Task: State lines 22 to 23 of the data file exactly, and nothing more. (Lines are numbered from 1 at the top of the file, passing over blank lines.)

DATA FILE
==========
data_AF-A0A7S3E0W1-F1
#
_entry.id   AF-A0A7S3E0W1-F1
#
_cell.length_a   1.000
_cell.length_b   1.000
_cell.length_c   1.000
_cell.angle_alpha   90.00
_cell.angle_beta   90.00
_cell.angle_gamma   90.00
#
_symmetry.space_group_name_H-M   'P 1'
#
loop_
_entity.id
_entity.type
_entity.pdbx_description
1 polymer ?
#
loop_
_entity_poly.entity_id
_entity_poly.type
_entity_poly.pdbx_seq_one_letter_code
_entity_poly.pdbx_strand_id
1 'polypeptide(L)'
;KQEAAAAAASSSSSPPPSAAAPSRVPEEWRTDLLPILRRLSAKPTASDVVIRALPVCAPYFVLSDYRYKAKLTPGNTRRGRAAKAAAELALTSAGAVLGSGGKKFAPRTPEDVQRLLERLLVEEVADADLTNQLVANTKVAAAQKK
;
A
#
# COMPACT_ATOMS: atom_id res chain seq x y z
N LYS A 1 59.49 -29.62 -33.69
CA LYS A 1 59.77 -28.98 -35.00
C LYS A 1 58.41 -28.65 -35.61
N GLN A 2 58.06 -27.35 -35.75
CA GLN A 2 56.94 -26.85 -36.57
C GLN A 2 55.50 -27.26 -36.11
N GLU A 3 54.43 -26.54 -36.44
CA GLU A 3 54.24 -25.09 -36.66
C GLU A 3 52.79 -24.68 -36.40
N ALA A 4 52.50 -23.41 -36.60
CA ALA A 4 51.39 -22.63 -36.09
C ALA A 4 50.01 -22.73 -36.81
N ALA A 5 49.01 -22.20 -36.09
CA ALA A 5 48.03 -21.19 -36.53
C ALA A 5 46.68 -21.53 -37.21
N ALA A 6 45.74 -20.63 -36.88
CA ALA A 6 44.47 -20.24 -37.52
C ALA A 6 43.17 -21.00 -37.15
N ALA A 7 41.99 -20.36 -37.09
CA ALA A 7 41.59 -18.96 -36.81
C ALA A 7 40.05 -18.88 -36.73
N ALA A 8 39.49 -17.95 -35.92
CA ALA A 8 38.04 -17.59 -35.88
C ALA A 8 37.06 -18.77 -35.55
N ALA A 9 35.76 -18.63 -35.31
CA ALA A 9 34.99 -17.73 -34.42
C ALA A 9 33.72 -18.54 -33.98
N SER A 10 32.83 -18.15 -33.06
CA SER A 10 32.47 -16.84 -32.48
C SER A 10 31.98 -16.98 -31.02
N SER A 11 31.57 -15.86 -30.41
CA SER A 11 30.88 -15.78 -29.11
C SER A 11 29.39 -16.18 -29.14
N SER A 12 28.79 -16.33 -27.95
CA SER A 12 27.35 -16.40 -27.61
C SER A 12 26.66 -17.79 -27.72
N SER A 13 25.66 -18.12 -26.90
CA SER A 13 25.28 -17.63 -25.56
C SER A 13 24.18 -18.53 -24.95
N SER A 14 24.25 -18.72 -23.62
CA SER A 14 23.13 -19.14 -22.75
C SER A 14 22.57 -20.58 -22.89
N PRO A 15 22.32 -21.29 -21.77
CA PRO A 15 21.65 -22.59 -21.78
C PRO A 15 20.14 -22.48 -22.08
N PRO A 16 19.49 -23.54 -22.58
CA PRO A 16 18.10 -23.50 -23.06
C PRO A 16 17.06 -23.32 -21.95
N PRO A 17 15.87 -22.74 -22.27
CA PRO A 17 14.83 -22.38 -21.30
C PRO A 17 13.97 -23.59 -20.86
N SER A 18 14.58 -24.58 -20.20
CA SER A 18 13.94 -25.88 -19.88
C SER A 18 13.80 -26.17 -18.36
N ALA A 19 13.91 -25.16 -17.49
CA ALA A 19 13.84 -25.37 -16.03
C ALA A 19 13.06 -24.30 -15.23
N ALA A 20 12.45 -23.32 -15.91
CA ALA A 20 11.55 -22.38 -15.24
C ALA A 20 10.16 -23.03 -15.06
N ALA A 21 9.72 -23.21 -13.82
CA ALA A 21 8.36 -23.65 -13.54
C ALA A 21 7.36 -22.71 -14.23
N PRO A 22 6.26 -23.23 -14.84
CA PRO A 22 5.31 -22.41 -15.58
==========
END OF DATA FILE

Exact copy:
_entity_poly.type
_entity_poly.pdbx_seq_one_letter_code